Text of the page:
Sept. 27, 2018 —
U.S. Coast Guard Vice Adm. Michael McAllister, Deputy Commandant for Mission Support, and Ukrainian Adm. Ihor Voronchenko, Naval Forces of Ukraine commander, shake hands after signing a certificate of implementation for the transfer of two 110-foot cutters to the Ukrainian government at the Coast Guard Yard in Baltimore, Sept. 27, 2018. Ukrainian President Petro Poroshenko was also in attendance. U.S. Coast Guard photo by Petty Officer 3rd Class Ronald Hodges.
Coast Guard Vice Adm. Michael McAllister, Deputy Commandant for Mission Support, and Ukraine President Petro Poroshenko commemorated the upcoming transfer of two former 110-foot Island Class patrol boats to Ukraine with a ceremony today at Coast Guard Yard in Baltimore.
Ukraine was selected to receive former Coast Guard Cutters Drummond and Cushing by the Navy International Programs Office and signed the Letter of Offer and Acceptance Sept. 14. The transfer is facilitated through the Excess Defense Articles Program of the Coast Guard’s Office of International Acquisition.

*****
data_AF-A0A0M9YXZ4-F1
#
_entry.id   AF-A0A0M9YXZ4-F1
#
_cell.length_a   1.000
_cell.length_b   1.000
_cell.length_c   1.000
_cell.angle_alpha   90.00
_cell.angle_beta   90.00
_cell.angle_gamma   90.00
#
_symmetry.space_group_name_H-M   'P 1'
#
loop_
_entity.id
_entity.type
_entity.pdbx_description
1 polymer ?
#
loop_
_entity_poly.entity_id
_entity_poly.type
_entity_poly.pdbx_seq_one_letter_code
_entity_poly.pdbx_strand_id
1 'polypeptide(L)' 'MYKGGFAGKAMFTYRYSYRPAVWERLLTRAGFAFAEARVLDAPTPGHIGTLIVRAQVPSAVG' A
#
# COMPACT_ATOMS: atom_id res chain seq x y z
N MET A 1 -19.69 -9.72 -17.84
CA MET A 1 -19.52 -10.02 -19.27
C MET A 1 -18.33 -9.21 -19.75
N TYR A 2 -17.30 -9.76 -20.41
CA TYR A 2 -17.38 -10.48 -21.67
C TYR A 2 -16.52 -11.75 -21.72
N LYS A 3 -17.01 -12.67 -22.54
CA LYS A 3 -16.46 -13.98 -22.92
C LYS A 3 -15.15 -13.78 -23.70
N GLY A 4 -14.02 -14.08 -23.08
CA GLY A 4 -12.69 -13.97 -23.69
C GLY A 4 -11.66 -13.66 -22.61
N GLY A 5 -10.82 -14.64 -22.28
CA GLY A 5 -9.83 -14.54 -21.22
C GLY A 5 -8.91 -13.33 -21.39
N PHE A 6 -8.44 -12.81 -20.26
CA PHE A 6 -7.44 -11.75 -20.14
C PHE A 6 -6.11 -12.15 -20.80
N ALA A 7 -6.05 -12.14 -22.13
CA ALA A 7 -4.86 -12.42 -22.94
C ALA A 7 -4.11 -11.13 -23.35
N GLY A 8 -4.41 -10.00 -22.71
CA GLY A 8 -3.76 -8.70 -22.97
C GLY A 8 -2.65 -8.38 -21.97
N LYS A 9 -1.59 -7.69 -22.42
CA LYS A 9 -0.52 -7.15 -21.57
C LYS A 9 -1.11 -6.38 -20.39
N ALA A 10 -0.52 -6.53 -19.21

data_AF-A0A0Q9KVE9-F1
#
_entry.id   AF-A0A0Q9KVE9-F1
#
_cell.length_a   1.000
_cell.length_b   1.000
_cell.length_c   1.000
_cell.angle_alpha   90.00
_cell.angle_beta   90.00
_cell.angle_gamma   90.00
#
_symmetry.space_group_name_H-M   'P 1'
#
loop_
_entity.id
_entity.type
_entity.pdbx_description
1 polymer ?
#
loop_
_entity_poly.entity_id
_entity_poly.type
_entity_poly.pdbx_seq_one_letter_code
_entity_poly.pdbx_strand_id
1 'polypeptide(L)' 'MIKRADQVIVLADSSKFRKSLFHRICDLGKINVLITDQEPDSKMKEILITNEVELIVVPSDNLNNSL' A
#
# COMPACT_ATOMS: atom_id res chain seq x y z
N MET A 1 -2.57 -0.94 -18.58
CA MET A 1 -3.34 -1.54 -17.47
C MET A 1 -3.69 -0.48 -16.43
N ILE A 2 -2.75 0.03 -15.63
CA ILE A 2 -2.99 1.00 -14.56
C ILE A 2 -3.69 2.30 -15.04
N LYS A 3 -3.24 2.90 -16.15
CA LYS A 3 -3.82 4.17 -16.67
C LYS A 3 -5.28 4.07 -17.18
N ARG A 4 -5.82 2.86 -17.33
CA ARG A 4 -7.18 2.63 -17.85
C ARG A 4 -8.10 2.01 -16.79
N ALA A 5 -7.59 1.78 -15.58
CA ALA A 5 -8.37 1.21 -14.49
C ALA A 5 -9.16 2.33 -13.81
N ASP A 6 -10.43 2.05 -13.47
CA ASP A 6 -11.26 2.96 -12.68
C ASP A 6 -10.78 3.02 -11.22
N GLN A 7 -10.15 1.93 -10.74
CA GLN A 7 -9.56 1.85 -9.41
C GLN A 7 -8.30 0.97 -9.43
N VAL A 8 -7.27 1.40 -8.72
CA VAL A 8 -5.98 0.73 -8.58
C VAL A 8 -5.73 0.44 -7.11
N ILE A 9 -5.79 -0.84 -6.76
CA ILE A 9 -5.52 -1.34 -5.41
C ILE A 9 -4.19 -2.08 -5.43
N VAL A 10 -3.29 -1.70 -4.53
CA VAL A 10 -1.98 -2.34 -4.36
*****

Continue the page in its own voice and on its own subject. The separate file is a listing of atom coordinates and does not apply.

The former cutters are scheduled to be shipped to Ukraine in fall 2019 after completing maintenance, upgrades, outfitting and training of Ukraine navy crews in the Baltimore area. The Coast Guard will provide new equipment and technical and training services worth $9.8 million.
Drummond and Cushing are the seventh and eighth 110-foot patrol boats transferred to a foreign partner nation; other patrol boats have been transferred to Pakistan, Georgia and Costa Rica. Each 110-foot patrol boat transfer saves the Coast Guard money in remediation and disposal costs and helps build and sustain international maritime partnerships that foster greater global maritime security. One of the United States’ goals in this transfer is to help equip Ukraine with the means to project national sovereignty.
The former cutters Drummond and Cushing were previously based in the Seventh Coast Guard District, which covers Florida, Georgia, South Carolina and Puerto Rico, and conducted missions including maritime homeland security, drug and migrant interdiction, fisheries enforcement, and search and rescue. The patrol boats entered service in the mid-1980s and 20 of the 49 cutters originally in the class remain in service. The ships are being replaced with 58 154-foot fast response cutters, 28 of which are in service.
For more information: Excess Defense Articles program page